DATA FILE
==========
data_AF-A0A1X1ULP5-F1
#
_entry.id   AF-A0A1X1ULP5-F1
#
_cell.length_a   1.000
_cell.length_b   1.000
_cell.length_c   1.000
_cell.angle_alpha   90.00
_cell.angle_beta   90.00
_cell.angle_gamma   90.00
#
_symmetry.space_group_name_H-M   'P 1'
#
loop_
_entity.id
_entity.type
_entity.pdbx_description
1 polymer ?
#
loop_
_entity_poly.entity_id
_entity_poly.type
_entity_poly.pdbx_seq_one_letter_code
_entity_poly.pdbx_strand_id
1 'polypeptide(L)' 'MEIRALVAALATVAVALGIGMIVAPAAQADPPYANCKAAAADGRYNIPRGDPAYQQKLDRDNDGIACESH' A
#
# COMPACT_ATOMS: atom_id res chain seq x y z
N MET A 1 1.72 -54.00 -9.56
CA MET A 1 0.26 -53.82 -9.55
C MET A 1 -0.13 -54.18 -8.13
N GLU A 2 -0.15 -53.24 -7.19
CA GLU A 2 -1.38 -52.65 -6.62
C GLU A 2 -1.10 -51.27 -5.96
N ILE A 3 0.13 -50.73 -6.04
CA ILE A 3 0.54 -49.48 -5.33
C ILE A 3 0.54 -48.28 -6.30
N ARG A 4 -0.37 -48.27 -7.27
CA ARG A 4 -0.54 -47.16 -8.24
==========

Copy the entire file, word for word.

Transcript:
data_AF-A0A1X1ULP5-F1
#
_entry.id   AF-A0A1X1ULP5-F1
#
_cell.length_a   1.000
_cell.length_b   1.000
_cell.length_c   1.000
_cell.angle_alpha   90.00
_cell.angle_beta   90.00
_cell.angle_gamma   90.00
#
_symmetry.space_group_name_H-M   'P 1'
#
loop_
_entity.id
_entity.type
_entity.pdbx_description
1 polymer ?
#
loop_
_entity_poly.entity_id
_entity_poly.type
_entity_poly.pdbx_seq_one_letter_code
_entity_poly.pdbx_strand_id
1 'polypeptide(L)' 'MEIRALVAALATVAVALGIGMIVAPAAQADPPYANCKAAAADGRYNIPRGDPAYQQKLDRDNDGIACESH' A
#
# COMPACT_ATOMS: atom_id res chain seq x y z
N MET A 1 1.72 -54.00 -9.56
CA MET A 1 0.26 -53.82 -9.55
C MET A 1 -0.13 -54.18 -8.13
N GLU A 2 -0.15 -53.24 -7.19
CA GLU A 2 -1.38 -52.65 -6.62
C GLU A 2 -1.10 -51.27 -5.96
N ILE A 3 0.13 -50.73 -6.04
CA ILE A 3 0.54 -49.48 -5.33
C ILE A 3 0.54 -48.28 -6.30
N ARG A 4 -0.37 -48.27 -7.27
CA ARG A 4 -0.54 -47.16 -8.24